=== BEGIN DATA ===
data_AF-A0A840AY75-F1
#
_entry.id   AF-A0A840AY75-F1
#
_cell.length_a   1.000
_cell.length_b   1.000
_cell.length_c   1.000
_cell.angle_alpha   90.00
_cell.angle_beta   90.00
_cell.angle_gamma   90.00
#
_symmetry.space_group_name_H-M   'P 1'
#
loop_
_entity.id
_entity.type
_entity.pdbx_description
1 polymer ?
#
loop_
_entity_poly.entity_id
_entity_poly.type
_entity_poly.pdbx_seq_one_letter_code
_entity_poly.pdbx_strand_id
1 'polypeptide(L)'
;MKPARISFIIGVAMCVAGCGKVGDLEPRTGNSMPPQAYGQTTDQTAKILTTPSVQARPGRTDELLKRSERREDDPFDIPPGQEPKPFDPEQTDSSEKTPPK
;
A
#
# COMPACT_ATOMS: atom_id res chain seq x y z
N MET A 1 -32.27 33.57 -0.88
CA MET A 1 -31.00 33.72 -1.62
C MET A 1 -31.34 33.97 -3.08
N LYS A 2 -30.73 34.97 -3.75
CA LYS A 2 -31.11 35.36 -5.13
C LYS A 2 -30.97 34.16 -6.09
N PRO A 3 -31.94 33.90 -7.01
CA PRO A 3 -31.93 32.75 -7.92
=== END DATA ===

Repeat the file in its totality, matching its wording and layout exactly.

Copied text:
data_AF-A0A840AY75-F1
#
_entry.id   AF-A0A840AY75-F1
#
_cell.length_a   1.000
_cell.length_b   1.000
_cell.length_c   1.000
_cell.angle_alpha   90.00
_cell.angle_beta   90.00
_cell.angle_gamma   90.00
#
_symmetry.space_group_name_H-M   'P 1'
#
loop_
_entity.id
_entity.type
_entity.pdbx_description
1 polymer ?
#
loop_
_entity_poly.entity_id
_entity_poly.type
_entity_poly.pdbx_seq_one_letter_code
_entity_poly.pdbx_strand_id
1 'polypeptide(L)'
;MKPARISFIIGVAMCVAGCGKVGDLEPRTGNSMPPQAYGQTTDQTAKILTTPSVQARPGRTDELLKRSERREDDPFDIPPGQEPKPFDPEQTDSSEKTPPK
;
A
#
# COMPACT_ATOMS: atom_id res chain seq x y z
N MET A 1 -32.27 33.57 -0.88
CA MET A 1 -31.00 33.72 -1.62
C MET A 1 -31.34 33.97 -3.08
N LYS A 2 -30.73 34.97 -3.75
CA LYS A 2 -31.11 35.36 -5.13
C LYS A 2 -30.97 34.16 -6.09
N PRO A 3 -31.94 33.90 -7.01
CA PRO A 3 -31.93 32.75 -7.92